At the first conference in 1982, the international community redefined culture as the “set of distinctive spiritual, material, intellectual and emotional features of society or a social group”.

The General Conference also decided to celebrate eight new world days – of art (15 April), Islamic art (18 November), African and afrodescendant culture (24 January), engineering for sustainable development (4 March), logic (14 January), mathematics (14 March), olive trees (26 November) and Portuguese language (5 May). It also decided that the first Thursday in November would be the International Day against Violence and Bullying at School, including Cyberbullying. In addition, 2022 will be proclaimed the International Year of Basic Sciences for Development.


The General Conference was also a forum for discussions between young people and around ten government leaders on the theme (Re)Generation: Rethinking Multilateralism with Young Change-Makers. Young people from around the world took part in two weeks of discussions to determine how UNESCO could respond to the climate challenge and youth demands. Participants called on governments to step up their efforts to fight climate change, invest more in education, and take concerted action to ensure that technology serves people and their rights.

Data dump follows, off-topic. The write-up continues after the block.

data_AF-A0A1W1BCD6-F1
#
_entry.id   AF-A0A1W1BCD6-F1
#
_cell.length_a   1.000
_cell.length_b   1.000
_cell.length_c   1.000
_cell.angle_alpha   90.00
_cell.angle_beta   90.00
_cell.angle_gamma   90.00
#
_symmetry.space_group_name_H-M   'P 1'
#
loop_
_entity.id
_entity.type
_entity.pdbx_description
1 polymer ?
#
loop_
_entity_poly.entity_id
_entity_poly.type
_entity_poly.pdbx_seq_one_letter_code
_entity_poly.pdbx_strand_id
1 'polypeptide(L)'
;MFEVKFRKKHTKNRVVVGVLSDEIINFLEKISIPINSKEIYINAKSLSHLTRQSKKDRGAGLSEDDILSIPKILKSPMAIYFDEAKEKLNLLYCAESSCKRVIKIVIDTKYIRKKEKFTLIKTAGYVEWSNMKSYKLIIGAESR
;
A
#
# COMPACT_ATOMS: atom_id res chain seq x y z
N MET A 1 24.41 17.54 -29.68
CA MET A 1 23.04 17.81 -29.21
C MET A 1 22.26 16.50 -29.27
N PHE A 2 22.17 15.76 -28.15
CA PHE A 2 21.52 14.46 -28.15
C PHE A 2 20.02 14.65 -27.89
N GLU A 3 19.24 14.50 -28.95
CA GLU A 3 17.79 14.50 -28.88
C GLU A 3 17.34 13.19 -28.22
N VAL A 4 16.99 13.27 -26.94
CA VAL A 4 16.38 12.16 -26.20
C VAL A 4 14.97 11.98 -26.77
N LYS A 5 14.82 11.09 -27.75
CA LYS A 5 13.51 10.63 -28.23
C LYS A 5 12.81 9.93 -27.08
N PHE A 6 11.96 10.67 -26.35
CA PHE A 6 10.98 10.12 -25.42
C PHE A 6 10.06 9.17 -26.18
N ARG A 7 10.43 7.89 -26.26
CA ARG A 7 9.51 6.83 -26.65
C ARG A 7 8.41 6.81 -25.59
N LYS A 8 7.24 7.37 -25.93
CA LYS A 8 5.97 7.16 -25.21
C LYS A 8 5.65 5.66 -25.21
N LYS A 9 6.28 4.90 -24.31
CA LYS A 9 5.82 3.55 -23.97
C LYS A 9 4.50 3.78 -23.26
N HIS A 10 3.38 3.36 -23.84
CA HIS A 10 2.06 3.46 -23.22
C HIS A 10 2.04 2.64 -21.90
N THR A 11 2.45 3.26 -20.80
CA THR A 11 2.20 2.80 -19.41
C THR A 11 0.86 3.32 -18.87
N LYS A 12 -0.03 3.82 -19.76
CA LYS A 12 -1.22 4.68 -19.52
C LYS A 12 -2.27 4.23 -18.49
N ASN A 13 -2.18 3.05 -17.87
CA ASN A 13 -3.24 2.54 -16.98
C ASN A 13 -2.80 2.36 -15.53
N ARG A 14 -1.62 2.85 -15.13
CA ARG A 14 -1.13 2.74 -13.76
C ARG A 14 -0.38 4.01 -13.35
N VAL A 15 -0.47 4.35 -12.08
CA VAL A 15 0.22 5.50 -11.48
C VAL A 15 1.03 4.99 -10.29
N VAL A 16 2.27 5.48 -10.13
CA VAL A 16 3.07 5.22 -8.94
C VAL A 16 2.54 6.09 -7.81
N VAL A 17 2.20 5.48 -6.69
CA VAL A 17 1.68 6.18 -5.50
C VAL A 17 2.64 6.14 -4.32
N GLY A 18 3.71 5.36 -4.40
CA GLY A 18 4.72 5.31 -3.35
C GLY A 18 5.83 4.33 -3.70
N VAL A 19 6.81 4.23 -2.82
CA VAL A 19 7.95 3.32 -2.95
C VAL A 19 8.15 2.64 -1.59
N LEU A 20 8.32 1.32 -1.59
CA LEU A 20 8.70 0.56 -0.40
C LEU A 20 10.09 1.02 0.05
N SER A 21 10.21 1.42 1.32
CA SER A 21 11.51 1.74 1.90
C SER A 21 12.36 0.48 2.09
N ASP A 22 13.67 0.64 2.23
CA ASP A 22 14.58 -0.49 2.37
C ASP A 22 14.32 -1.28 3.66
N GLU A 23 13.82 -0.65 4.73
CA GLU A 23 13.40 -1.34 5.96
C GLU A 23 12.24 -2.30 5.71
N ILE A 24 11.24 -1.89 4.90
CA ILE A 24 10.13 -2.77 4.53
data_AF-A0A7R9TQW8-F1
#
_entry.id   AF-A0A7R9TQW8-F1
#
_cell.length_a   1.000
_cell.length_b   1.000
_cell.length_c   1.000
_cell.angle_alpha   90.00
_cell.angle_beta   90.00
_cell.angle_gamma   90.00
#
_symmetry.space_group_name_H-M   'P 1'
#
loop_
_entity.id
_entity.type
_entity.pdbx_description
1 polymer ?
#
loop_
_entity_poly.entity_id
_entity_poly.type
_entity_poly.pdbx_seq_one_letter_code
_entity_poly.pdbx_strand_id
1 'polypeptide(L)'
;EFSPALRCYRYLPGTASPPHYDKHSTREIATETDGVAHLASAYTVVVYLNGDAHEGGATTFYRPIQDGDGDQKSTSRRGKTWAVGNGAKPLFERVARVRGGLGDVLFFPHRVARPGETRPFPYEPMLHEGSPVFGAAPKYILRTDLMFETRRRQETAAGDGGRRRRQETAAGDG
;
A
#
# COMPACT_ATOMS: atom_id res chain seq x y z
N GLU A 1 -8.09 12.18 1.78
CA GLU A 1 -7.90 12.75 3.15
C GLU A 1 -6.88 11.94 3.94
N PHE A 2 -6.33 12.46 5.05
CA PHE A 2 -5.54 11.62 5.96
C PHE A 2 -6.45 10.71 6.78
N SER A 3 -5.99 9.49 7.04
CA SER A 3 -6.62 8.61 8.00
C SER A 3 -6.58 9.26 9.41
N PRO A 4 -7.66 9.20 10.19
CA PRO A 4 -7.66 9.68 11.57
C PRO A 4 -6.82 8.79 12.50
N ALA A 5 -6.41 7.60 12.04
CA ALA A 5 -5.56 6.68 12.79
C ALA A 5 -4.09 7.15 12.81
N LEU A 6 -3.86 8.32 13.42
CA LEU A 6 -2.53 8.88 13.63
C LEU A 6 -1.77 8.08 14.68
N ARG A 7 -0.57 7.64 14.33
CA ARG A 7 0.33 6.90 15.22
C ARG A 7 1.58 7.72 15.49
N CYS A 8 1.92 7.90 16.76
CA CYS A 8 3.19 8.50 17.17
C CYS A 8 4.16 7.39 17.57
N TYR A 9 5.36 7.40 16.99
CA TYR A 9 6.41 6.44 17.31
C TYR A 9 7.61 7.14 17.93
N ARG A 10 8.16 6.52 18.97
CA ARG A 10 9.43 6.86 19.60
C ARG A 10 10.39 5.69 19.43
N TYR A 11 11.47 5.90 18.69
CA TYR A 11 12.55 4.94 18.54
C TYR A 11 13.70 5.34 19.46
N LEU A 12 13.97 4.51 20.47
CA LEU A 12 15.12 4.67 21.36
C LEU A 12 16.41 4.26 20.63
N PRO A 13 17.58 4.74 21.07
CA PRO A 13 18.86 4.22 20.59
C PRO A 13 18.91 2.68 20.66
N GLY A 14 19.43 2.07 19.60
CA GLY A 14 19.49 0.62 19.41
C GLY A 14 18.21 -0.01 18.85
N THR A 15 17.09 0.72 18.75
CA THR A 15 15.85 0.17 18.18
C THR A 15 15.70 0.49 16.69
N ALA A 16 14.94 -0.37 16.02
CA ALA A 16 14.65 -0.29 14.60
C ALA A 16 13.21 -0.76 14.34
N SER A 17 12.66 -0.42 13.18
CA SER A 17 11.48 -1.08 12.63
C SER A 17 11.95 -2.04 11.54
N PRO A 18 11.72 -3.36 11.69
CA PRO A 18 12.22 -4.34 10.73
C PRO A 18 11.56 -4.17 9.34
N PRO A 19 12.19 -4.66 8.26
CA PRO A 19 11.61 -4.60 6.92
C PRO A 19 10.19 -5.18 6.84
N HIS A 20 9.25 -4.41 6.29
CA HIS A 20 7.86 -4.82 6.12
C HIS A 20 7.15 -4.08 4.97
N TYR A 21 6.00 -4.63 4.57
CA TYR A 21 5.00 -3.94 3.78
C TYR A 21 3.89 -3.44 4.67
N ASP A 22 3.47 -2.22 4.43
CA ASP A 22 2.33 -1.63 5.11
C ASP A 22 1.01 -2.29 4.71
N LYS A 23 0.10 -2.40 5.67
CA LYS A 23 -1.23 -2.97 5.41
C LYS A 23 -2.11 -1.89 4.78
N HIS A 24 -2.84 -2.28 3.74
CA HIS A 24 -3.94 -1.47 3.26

An increased budget

Member States set the 2020-2022 budget at $534.6 million (an increase of 3%). These signals are particularly encouraging given the concerning situation in 2017, which was affected by a reduced budget and the refusal of some States to pay their mandatory contributions. Significant progress has been made since then: almost all contributions have been paid, and voluntary contributions increased by 41% to $161 million in the first half of 2019.

This renewed confidence was visible in the spirit of consensus that prevailed during meetings. Consensus is UNESCO’s preferred mode of decision-making for all topics, even the most sensitive.